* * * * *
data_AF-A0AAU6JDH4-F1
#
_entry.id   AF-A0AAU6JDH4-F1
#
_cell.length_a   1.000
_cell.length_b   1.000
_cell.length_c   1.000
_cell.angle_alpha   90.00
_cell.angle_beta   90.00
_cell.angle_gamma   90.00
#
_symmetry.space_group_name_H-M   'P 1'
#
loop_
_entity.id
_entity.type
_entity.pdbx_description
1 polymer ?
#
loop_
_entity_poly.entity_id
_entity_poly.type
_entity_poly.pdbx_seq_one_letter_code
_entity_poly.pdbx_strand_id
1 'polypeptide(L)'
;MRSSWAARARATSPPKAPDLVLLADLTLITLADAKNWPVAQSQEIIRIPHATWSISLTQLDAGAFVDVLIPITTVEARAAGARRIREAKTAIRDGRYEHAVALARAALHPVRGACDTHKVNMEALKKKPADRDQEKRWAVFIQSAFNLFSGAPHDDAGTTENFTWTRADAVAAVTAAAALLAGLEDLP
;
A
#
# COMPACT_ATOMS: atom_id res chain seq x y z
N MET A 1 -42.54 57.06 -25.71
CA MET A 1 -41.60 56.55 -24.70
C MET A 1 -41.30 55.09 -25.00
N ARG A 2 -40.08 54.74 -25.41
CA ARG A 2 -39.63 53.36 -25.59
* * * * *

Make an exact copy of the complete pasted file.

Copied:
data_AF-A0AAU6JDH4-F1
#
_entry.id   AF-A0AAU6JDH4-F1
#
_cell.length_a   1.000
_cell.length_b   1.000
_cell.length_c   1.000
_cell.angle_alpha   90.00
_cell.angle_beta   90.00
_cell.angle_gamma   90.00
#
_symmetry.space_group_name_H-M   'P 1'
#
loop_
_entity.id
_entity.type
_entity.pdbx_description
1 polymer ?
#
loop_
_entity_poly.entity_id
_entity_poly.type
_entity_poly.pdbx_seq_one_letter_code
_entity_poly.pdbx_strand_id
1 'polypeptide(L)'
;MRSSWAARARATSPPKAPDLVLLADLTLITLADAKNWPVAQSQEIIRIPHATWSISLTQLDAGAFVDVLIPITTVEARAAGARRIREAKTAIRDGRYEHAVALARAALHPVRGACDTHKVNMEALKKKPADRDQEKRWAVFIQSAFNLFSGAPHDDAGTTENFTWTRADAVAAVTAAAALLAGLEDLP
;
A
#
# COMPACT_ATOMS: atom_id res chain seq x y z
N MET A 1 -42.54 57.06 -25.71
CA MET A 1 -41.60 56.55 -24.70
C MET A 1 -41.30 55.09 -25.00
N ARG A 2 -40.08 54.74 -25.41
CA ARG A 2 -39.63 53.36 -25.59